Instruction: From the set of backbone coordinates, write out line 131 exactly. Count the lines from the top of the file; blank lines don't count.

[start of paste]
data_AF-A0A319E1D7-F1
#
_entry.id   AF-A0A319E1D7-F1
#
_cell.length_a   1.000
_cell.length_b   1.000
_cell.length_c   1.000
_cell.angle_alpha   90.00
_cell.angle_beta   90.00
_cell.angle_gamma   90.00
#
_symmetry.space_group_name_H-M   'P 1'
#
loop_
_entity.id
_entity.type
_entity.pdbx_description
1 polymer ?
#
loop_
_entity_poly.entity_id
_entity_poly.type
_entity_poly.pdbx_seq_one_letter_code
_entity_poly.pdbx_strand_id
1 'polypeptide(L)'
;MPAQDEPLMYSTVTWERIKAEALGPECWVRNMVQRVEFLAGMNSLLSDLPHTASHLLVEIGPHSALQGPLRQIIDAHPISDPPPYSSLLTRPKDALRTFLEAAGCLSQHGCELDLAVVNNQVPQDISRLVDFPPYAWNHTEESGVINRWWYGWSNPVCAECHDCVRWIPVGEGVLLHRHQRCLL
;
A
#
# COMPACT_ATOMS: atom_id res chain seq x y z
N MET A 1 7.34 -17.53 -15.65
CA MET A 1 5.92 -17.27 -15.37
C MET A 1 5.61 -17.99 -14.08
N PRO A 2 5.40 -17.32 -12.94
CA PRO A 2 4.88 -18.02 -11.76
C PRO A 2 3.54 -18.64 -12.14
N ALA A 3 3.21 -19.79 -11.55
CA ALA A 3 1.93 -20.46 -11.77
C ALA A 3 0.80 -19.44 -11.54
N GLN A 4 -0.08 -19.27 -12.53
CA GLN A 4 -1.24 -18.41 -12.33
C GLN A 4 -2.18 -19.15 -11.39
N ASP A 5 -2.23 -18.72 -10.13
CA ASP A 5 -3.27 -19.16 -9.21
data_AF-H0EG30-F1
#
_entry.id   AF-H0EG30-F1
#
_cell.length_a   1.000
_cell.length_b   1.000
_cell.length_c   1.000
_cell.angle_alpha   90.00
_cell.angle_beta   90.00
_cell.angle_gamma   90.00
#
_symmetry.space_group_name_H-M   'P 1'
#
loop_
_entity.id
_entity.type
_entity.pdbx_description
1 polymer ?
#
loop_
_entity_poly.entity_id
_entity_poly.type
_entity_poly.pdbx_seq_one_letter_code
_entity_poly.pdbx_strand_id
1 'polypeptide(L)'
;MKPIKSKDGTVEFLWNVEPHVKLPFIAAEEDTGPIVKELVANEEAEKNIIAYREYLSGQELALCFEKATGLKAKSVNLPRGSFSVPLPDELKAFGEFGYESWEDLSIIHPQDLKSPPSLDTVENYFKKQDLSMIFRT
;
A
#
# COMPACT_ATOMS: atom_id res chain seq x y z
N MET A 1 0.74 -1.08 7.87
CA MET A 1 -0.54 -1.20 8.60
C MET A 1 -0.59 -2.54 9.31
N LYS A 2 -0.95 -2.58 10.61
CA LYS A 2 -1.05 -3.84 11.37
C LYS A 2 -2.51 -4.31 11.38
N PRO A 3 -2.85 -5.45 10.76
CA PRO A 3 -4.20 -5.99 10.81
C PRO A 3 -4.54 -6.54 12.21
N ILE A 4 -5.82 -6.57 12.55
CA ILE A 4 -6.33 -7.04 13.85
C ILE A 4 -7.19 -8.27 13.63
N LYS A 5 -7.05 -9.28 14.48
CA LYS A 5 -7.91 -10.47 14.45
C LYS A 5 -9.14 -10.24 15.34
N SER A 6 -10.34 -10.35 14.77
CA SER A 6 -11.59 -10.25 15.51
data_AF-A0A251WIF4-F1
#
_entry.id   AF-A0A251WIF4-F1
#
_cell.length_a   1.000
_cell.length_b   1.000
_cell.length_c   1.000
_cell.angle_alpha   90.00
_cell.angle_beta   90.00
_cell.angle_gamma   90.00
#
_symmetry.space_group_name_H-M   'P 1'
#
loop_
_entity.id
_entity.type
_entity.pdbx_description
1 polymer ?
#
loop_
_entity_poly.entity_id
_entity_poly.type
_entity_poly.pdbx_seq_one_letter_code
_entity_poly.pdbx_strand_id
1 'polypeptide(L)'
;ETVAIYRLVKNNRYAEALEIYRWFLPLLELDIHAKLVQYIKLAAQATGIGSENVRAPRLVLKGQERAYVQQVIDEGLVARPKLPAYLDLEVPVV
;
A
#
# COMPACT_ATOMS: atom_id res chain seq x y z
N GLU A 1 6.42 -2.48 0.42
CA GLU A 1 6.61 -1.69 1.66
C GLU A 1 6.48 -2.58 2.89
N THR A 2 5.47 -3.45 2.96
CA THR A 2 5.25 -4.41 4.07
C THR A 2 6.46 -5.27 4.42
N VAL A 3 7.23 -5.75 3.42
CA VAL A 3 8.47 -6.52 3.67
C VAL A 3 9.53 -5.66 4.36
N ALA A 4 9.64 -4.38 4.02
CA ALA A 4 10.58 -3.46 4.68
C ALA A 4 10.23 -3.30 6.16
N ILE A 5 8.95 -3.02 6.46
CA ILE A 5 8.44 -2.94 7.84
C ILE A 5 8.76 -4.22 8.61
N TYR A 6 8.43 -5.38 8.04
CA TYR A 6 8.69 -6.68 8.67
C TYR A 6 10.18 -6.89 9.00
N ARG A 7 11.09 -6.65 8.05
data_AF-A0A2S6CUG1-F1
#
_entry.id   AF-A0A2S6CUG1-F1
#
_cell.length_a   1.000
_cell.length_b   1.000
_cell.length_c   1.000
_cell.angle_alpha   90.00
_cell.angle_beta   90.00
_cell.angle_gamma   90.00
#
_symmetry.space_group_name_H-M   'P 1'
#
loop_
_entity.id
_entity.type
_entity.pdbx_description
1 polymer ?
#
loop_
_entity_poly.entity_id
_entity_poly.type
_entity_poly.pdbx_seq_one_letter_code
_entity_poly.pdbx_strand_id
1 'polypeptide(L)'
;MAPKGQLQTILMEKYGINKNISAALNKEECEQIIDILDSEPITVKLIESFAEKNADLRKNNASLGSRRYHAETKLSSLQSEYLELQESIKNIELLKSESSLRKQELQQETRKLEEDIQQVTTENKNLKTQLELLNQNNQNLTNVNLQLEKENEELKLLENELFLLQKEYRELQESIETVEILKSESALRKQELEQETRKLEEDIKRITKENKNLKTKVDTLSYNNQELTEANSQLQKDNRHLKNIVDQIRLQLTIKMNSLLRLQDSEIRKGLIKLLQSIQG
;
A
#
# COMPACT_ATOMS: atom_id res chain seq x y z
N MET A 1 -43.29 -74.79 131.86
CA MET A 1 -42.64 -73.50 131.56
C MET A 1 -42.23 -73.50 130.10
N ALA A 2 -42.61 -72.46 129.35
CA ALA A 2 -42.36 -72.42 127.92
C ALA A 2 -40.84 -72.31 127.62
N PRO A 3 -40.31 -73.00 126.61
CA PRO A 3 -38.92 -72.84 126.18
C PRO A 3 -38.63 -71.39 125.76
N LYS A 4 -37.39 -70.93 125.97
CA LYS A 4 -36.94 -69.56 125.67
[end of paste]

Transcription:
N ALA A 4 9.64 -4.38 4.02